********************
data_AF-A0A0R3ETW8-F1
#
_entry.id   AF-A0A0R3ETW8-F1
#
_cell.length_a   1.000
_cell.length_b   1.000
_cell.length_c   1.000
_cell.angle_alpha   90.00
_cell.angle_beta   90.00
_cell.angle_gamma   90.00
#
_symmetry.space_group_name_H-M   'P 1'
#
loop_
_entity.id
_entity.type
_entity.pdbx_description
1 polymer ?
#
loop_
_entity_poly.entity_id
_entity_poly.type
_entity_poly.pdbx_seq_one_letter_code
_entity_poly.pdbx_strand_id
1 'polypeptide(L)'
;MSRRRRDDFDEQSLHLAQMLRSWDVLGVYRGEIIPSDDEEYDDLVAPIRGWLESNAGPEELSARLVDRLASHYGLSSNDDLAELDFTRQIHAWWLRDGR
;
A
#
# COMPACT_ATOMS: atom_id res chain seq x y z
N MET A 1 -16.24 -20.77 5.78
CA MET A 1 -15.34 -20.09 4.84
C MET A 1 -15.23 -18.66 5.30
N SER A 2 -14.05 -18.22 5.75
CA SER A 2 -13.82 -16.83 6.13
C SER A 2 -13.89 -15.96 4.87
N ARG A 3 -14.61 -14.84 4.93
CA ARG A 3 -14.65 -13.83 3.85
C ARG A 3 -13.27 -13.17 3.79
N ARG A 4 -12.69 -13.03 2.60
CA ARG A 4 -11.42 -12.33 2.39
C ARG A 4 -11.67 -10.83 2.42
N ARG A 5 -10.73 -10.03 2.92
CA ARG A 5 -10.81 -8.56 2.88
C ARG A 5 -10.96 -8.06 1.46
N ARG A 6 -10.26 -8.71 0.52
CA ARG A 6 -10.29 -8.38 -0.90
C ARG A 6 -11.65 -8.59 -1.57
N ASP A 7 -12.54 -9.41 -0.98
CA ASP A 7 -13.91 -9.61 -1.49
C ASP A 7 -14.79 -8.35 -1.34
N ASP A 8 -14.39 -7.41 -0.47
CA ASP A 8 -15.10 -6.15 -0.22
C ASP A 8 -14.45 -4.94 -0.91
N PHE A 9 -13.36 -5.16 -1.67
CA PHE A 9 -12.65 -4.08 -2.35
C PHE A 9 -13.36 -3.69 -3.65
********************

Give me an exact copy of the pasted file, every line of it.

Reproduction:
data_AF-A0A0R3ETW8-F1
#
_entry.id   AF-A0A0R3ETW8-F1
#
_cell.length_a   1.000
_cell.length_b   1.000
_cell.length_c   1.000
_cell.angle_alpha   90.00
_cell.angle_beta   90.00
_cell.angle_gamma   90.00
#
_symmetry.space_group_name_H-M   'P 1'
#
loop_
_entity.id
_entity.type
_entity.pdbx_description
1 polymer ?
#
loop_
_entity_poly.entity_id
_entity_poly.type
_entity_poly.pdbx_seq_one_letter_code
_entity_poly.pdbx_strand_id
1 'polypeptide(L)'
;MSRRRRDDFDEQSLHLAQMLRSWDVLGVYRGEIIPSDDEEYDDLVAPIRGWLESNAGPEELSARLVDRLASHYGLSSNDDLAELDFTRQIHAWWLRDGR
;
A
#
# COMPACT_ATOMS: atom_id res chain seq x y z
N MET A 1 -16.24 -20.77 5.78
CA MET A 1 -15.34 -20.09 4.84
C MET A 1 -15.23 -18.66 5.30
N SER A 2 -14.05 -18.22 5.75
CA SER A 2 -13.82 -16.83 6.13
C SER A 2 -13.89 -15.96 4.87
N ARG A 3 -14.61 -14.84 4.93
CA ARG A 3 -14.65 -13.83 3.85
C ARG A 3 -13.27 -13.17 3.79
N ARG A 4 -12.69 -13.03 2.60
CA ARG A 4 -11.42 -12.33 2.39
C ARG A 4 -11.67 -10.83 2.42
N ARG A 5 -10.73 -10.03 2.92
CA ARG A 5 -10.81 -8.56 2.88
C ARG A 5 -10.96 -8.06 1.46
N ARG A 6 -10.26 -8.71 0.52
CA ARG A 6 -10.29 -8.38 -0.90
C ARG A 6 -11.65 -8.59 -1.57
N ASP A 7 -12.54 -9.41 -0.98
CA ASP A 7 -13.91 -9.61 -1.49
C ASP A 7 -14.79 -8.35 -1.34
N ASP A 8 -14.39 -7.41 -0.47
CA ASP A 8 -15.10 -6.15 -0.22
C ASP A 8 -14.45 -4.94 -0.91
N PHE A 9 -13.36 -5.16 -1.67
CA PHE A 9 -12.65 -4.08 -2.35
C PHE A 9 -13.36 -3.69 -3.65